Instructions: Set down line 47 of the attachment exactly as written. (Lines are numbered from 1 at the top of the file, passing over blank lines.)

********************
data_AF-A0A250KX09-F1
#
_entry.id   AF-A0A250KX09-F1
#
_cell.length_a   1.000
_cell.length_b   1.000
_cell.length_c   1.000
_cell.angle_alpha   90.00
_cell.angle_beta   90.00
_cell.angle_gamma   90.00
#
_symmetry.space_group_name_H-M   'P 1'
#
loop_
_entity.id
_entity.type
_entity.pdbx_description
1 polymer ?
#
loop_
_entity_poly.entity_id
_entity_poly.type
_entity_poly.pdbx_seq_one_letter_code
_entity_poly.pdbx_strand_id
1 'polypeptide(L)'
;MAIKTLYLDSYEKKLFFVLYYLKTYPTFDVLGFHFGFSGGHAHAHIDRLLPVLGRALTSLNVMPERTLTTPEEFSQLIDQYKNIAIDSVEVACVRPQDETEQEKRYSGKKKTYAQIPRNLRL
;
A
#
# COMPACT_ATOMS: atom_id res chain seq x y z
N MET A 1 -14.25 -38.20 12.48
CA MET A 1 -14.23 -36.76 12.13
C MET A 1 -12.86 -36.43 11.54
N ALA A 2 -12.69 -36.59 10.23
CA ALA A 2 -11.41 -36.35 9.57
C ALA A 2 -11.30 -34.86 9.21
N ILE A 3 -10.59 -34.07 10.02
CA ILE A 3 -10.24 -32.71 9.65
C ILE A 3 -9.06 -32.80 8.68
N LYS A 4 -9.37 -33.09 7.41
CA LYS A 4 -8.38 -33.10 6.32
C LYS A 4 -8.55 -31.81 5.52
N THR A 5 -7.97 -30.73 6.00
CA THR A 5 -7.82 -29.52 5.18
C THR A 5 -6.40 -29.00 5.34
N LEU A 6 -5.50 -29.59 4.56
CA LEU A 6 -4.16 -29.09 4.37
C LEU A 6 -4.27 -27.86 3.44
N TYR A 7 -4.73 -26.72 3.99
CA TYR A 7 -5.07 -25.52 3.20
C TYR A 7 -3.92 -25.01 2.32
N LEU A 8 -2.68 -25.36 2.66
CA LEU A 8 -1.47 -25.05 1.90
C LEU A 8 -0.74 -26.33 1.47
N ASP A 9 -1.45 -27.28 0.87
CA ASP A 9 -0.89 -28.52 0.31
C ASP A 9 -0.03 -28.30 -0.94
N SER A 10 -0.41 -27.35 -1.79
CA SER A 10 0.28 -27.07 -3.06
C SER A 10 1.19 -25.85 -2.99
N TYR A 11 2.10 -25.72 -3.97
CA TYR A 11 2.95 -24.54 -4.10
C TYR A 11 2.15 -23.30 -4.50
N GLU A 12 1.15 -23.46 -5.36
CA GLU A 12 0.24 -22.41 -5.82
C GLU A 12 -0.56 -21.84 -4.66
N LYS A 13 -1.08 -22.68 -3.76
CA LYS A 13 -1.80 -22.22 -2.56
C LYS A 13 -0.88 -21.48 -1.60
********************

CA LEU A 6 -4.16 -29.09 4.37